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The term Systems Engineer has always interested me as it generally involves many different fields of engineering.

Systems Engineer - Interdisciplinary

The definition I'm familiar with is usually defined as an interdisciplinary profession of engineering, where the engineer has experience in a number of fields and uses this during the design of a system.

Systems Engineer - IT related

After searching for jobs here in Australia, I've found many systems engineer positions. However almost all of them are relating to IT jobs, referring to the programming of computer systems at the system level.

Question

  1. Why is there a conflict of these two definitions?
  2. Which one was first?
  3. And is Systems Engineer no longer valid in the interdisciplinary sense?

Notes

Please forgive any mistakes and assumptions I have made, I'm new and ready to learn.

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  • $\begingroup$ Your question would be stronger if you were able to provide specific quotes or instances showing the conflicting usage of terminology. That said, I think your question is okay without it. $\endgroup$ – user16 May 13 '15 at 0:07
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    $\begingroup$ Thanks I will remember to include specific examples next time, to strengthen my question. $\endgroup$ – Ben Winding May 13 '15 at 1:31
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    $\begingroup$ I had "Systems Engineer" as my job title for years, as an Australian working for an American multinational, and it seemed to mean "analyst". I was aware that no two companies seemed to define it the same way. $\endgroup$ – Oddthinking May 13 '15 at 3:51
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Yes, you are correct that there are different definitions of Systems Engineer that vary by company. In fact, different business units of the same company may even use the term differently.

  • A job posting on Stack Overflow Careers from Booking.com has a Senior Systems Engineer - Systems Architecture role. This role has responsibilities such as taking "ownership of IT objectives set from business priorities and strategic IT development areas", providing "technical leadership for end-to-end development and implementation", "research, test, and implement prototype systems", "conduct hand-over to operational technical teams for further development and systems integration", and "design and architect E-commerce and business support systems".
  • A job posting on Stack Overflow Careers from Sauce Labs Inc has a Senior Systems Engineer, Operations role with responsibilities that include maintaining "a close working relationship with the other engineering teams", "systems administration, engineering, and design", "working with real hardware" (and an enumeration of networking and data storage hardware), "proactive R&D", creating "NOC runbooks, procedures, documentation, and diagrams of the environments you manage", and even helping "build out new data centers around the globe".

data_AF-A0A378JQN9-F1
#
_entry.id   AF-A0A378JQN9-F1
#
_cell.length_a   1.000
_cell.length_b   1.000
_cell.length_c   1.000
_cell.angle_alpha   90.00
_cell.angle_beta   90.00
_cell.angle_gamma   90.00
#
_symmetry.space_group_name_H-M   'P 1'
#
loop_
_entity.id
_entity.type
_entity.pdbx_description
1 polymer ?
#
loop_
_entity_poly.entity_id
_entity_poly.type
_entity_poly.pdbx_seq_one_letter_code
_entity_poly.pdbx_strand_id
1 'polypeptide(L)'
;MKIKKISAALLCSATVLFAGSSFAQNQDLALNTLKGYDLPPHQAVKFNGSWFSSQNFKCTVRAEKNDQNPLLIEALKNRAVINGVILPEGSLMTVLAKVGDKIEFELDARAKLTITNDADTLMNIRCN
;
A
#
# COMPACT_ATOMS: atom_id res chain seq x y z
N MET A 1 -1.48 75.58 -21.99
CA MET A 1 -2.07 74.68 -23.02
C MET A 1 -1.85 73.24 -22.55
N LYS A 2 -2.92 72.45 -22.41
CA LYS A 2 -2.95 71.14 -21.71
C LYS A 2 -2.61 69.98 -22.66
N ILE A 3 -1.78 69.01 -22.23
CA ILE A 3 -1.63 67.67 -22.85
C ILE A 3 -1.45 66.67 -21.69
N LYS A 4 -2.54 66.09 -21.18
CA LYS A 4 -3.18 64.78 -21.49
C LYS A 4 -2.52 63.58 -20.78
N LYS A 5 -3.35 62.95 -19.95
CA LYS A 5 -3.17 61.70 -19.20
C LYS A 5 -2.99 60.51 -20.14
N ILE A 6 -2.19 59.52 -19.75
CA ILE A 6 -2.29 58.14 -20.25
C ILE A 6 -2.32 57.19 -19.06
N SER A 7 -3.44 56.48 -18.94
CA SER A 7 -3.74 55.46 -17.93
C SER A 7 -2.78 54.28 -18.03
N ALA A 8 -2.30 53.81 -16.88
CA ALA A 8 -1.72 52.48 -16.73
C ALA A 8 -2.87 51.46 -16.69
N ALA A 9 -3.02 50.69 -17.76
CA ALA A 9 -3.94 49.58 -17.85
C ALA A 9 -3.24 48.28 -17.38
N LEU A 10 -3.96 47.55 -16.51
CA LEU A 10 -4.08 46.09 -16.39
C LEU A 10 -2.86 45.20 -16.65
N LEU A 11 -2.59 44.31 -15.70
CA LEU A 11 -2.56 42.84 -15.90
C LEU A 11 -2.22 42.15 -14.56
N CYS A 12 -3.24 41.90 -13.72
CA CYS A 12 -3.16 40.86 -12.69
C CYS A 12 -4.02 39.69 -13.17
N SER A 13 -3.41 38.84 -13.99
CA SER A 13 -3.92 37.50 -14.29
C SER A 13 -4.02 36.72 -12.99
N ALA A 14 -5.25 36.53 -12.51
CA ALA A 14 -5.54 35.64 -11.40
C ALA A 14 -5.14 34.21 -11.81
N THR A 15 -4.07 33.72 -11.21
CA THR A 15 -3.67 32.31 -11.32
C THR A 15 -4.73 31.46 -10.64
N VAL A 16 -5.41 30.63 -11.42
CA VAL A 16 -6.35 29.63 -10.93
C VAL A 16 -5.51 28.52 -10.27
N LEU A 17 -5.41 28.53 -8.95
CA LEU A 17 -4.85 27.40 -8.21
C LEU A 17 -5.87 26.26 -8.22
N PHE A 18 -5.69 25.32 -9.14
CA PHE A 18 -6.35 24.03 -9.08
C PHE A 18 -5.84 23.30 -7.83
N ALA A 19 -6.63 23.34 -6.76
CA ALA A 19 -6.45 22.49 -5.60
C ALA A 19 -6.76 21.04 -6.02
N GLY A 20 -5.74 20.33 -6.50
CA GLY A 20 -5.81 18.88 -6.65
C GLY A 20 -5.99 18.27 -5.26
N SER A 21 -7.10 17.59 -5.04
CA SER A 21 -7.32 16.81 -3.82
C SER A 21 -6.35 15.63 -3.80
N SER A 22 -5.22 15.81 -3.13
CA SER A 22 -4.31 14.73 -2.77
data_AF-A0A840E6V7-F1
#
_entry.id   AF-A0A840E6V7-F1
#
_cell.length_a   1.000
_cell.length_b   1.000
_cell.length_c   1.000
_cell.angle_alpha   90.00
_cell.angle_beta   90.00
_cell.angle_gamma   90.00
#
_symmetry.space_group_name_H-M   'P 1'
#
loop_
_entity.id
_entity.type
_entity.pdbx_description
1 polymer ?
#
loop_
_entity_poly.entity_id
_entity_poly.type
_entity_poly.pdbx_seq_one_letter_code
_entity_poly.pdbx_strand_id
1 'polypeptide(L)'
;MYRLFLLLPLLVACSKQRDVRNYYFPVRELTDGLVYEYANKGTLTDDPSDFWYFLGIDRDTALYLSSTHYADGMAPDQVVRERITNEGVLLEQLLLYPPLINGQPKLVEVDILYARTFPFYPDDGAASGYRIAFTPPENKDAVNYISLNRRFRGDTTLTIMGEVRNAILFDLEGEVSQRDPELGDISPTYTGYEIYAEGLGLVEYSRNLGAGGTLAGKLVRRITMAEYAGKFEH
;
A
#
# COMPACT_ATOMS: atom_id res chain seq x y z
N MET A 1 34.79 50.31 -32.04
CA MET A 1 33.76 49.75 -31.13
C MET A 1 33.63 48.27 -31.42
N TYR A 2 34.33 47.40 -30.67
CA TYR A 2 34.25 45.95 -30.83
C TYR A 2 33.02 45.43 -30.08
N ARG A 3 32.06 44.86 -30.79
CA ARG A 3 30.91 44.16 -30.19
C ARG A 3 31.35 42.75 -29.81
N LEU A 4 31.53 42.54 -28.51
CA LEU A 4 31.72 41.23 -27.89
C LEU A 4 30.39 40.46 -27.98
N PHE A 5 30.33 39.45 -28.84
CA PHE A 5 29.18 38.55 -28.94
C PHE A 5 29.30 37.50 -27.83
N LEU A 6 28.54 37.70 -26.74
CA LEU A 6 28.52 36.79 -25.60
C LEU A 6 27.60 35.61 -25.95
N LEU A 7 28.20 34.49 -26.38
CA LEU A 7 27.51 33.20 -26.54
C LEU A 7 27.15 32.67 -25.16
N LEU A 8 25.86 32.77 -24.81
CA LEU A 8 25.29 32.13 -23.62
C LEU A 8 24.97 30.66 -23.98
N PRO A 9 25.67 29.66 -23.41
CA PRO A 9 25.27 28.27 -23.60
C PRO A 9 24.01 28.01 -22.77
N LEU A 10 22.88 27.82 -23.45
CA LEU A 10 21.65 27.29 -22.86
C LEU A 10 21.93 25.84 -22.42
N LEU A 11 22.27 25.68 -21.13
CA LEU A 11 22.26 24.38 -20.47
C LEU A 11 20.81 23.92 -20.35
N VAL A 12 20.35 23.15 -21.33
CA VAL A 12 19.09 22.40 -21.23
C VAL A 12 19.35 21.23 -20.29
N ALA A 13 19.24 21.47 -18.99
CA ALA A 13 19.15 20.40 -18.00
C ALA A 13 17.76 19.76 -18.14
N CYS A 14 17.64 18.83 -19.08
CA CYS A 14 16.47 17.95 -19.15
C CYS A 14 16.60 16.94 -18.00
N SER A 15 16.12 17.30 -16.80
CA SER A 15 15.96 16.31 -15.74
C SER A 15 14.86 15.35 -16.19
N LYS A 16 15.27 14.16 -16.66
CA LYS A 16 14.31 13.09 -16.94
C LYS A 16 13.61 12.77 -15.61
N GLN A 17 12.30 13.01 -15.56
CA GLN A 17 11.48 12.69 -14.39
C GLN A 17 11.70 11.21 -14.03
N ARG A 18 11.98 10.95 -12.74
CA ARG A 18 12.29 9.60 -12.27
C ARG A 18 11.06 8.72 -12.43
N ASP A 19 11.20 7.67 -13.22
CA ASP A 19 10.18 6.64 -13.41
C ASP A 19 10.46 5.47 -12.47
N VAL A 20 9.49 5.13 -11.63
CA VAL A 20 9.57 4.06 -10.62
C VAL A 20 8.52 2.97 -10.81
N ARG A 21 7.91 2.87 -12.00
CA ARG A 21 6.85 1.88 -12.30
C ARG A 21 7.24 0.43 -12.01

• Liberty Mutual, an insurance company, has a job posting for a Principle Software/Systems Engineer role that is "responsible for dealing with the overall performance" of one of their systems, functions "as a technical lead in program design, coding, testing, debugging, and documentation related to automation capabilities", is "directly responsible for projects or sub-projects" and "may lead projects", and is "responsible for quality assurance review and the evaluation of new and existing software products".
  • UTC Aerospace Systems has a job posting for a Systems Engineer with responsibilities including the development of equipment installation layouts, interface control documents, aircraft electrical system schematics, and serving "as a technical customer liaison engineer for the design engineering staff".
  • UTC Building & Industrial Systems has a posting for a Senior Systems Engineer that is more IT-oriented, providing administration, maintaining IT policies, ensuring disaster recovery processes are "efficient and operational", and participating in on-call rotation for support.
  • Boeing Systems Engineers apply "an interdisciplinary, collaborative approach to plan, design, develop and verify a lifecycle balanced system of systems and system solutions", perform requirements development, ensure interfaces, perform analysis "to optimize system architecture" and for "ffordability, safety, reliability, maintainability, testability, human systems integration, survivability, vulnerability, susceptibility, system security, regulatory, certification, product assurance and other specialties quality factors ".

As for why there is conflict, you'd probably have to ask an HR representative or hiring manager at these companies. I do notice a trend, though. At companies that create a product that is intensive in both hardware and software, the role of a systems engineer is an interdisciplinary engineer and has involvement across the engineering product development process. However, at companies that are software-intensive or provide a service, the term tends to be used more for network engineering or system administration roles, but it does appear that there is a multidisciplinary approach between some combination of software engineering, network engineering, system administration, database administration, or project management. In both cases, knowledge stretching across two or more domains or fields is common, but those fields may not be typically thought of as engineering fields. I can't say that this is a guarantee, but in about 10-15 minutes of searching, that's what I've noticed.